Rushville Republican

Agriculture

March 7, 2014

Gene identified by Purdue scientists may ease the genetic modification of plants

(Continued)

A paper detailing the team’s results was published in Science Signaling and is available online. In addition to Gelvin, co-authors include Rebecca Doerge, the Trent and Judith Anderson Distinguished Professor of Statistics; former postdoctoral research fellows and research associates graduate students Nagesh Sardesai, Huabang Chen and HoChul Yi; associate research scientist Lan-Ying Lee; visiting scholar Alexandra Stirnberg; former graduate student Gayla R. Olbricht; and undergraduate students Jacob Jeffries and Kia Xiong.

The team conducted genetic screens of Arabidopsis mutants hyper-susceptible to Agrobacterium infection to identify genes responsible for susceptibility. Through these screens the team discovered that a mutation in the gene MTF1 affected susceptibility to infection and genetic transformation. Plants in which MTF1 is suppressed were more susceptible to transformation.

The team also found that cytokinin, a plant hormone secreted by Agrobacteria, triggers a cascade of molecular events that lead to the suppression of MTFI and the activation of another gene that may aid the infection process. The gene that is activated encodes a protein that sits on the surface of the cell and may allow Agrobacterium to bind better to the plant cell, Gelvin said.

“We uncovered an entire molecular signal transduction pathway that reveals how the secreted cytokinins suppress the expression of the gene MTF1, which in turn increases the expression of the gene AT14A and a protein that makes a plant more susceptible to infection byAgrobacterium,” he said. “The end result is a plant that is much more susceptible to genetic transformation. Perhaps reducing the expression of MTF1 in other plants will have the same effect.”

MTF1 is important for normal plant development, so it cannot be completely knocked out or eliminated without killing the plant, but there are ways to reduce its expression, Gelvin said.

The team is working on developing technology to translate their findings into a tool that can reduce the expression of MTF1 and genetically transform a plant in one step, he said.

Text Only
Agriculture
  • USDA reminds farmers of 2014 Farm Bill Conservation Compliance changes WASHINGTON - Agriculture Secretary Tom Vilsack today reminded producers that changes mandated through the 2014 Farm Bill require them to have on file a Highly Erodible Land Conservation and Wetland Conservation Certification (AD-1026). The Farm Bill

    July 25, 2014

  • Extension farm tour to feature organic vegetable production WEST LAFAYETTE - The organic vegetable production and fertility management practices at an Ohio farm will be showcased in a Purdue Extension tour of the operation near Cincinnati.The tour will be from 9 a.m. to noon Aug. 5 at EcOhio Farm, 2210 S. Mas

    July 18, 2014

  • ag-rv071814-soybean variety pic Gene discovery could lead to better soybean varieties for northern United States WEST LAFAYETTE – Researchers from Purdue University and the University of Nebraska-Lincoln have discovered a soybean gene whose mutation affects plant stem growth, a finding that could lead to the development of improved soybean cultivars for the nor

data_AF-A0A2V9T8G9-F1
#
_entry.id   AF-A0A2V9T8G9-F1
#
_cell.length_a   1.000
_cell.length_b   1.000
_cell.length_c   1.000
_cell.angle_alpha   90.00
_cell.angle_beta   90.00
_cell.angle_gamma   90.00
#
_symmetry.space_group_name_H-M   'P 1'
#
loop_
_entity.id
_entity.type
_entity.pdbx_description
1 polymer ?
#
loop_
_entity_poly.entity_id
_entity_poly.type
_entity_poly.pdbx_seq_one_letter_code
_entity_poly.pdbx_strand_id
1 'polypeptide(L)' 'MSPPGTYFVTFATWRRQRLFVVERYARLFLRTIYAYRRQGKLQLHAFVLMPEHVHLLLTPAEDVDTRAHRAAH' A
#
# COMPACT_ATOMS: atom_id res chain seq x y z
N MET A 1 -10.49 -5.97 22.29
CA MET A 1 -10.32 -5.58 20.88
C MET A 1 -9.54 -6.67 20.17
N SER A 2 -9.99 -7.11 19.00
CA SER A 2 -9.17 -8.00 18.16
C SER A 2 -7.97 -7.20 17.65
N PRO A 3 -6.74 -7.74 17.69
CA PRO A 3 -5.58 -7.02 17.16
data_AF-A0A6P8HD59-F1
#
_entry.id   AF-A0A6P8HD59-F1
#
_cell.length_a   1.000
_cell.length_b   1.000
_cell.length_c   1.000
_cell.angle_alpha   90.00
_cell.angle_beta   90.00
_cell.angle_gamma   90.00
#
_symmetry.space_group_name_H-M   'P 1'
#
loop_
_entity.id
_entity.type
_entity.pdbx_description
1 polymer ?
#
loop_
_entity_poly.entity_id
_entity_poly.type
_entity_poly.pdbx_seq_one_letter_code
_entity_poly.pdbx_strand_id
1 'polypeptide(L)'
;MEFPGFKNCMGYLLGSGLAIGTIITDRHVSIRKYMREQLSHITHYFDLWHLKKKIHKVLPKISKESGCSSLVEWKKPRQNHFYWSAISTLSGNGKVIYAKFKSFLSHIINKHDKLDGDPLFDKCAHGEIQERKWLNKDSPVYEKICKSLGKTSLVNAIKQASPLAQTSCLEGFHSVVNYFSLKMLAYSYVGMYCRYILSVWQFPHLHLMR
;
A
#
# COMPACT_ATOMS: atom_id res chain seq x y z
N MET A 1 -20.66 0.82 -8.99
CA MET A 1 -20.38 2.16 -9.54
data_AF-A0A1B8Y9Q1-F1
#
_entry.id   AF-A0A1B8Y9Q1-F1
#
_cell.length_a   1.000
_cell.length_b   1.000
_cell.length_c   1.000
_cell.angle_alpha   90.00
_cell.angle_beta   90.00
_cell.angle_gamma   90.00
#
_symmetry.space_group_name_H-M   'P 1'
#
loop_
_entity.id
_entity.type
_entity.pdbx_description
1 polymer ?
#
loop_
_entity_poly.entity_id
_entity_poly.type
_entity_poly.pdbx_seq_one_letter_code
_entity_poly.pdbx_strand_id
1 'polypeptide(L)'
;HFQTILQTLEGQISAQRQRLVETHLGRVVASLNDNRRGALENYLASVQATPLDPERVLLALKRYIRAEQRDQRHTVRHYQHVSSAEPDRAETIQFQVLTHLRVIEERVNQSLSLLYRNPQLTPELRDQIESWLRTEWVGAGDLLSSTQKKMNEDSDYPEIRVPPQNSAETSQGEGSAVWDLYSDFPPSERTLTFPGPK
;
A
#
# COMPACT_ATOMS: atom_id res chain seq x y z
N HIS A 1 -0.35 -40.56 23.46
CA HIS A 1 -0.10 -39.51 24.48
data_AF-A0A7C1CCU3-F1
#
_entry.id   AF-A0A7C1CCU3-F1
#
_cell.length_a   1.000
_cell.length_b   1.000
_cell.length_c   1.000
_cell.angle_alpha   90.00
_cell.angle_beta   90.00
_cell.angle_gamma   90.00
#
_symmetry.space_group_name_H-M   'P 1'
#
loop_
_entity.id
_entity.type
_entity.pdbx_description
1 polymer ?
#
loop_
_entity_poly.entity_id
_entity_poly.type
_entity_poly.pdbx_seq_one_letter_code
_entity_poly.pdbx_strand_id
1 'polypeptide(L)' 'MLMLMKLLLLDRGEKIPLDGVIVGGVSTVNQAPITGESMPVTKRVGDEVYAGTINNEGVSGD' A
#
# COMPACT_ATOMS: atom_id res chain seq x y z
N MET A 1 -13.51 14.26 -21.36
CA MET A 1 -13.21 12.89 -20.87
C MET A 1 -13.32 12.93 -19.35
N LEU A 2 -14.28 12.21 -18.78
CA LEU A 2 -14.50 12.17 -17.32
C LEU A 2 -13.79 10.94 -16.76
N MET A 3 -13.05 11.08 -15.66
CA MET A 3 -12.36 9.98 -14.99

July 18, 2014 1 Photo

  • U.S. farmers plant record soybean crop, less corn DES MOINES, Iowa (AP) — The nation’s farmers planted the largest soybean crop on record this year by devoting millions of acres of land to the crop that had been used for growing corn, the U.S. Department of Agriculture said Monday.Farmers planted 84

    July 3, 2014

  • Manure Management Field Day presents new technology NORTH MANCHESTER — The Wabash County Soil & Water Conservation District and the Conservation Cropping Systems Initiative will host a free Manure Management Field Day on July 29th at Brubaker Farms. The half-day program will address application techno

    July 3, 2014

  • Purdue, OSU assisting in ag meeting for Corn Belt farmers WEST LAFAYETTE — Purdue and Ohio State Universities are part of an organization that is sponsoring a meeting this summer to help Corn Belt farmers make their agricultural systems more resilient and sustainable.The Resilient Agriculture Conference Au

    June 27, 2014

  • Farm Credit supports Rushville City FD training efforts RUSHVILLE — Farm Credit Mid-America, an agricultural lending cooperative serving farmers, rural residents and agribusinesses throughout Indiana, Ohio, Kentucky and Tennessee, contributed $500 to the Rushville City Fire Department. The funds were used

    June 27, 2014

  • ag-rv062714-problem weeds pic Latest weed control advances in corn, cotton COLLEGE STATION — The latest strategies in managing problem weeds in corn and cotton were recently showcased at the 2014 Crop Tour at the Texas A&M University field laboratory near College Station that serves as a research and teaching platform for T

    June 27, 2014 1 Photo

  • Farm Credit salutes Rushville FFA graduating seniors RUSHVILLE — Farm Credit Mid-America, an agricultural lending cooperative serving farmers, rural residents and agribusinesses throughout Indiana, Ohio, Kentucky and Tennessee, contributed $500 to support the 2014 Rushville FFA banquet, themed “Legacy

    June 27, 2014

  • Purdue fruit, vegetable food safety course now offered online WEST LAFAYETTE - Purdue Extension is now offering in an online format a course covering food safety practices for fruit and vegetable growers.The course is based on a series of Good Agricultural Practices from A to Z workshops that were given in the

    June 20, 2014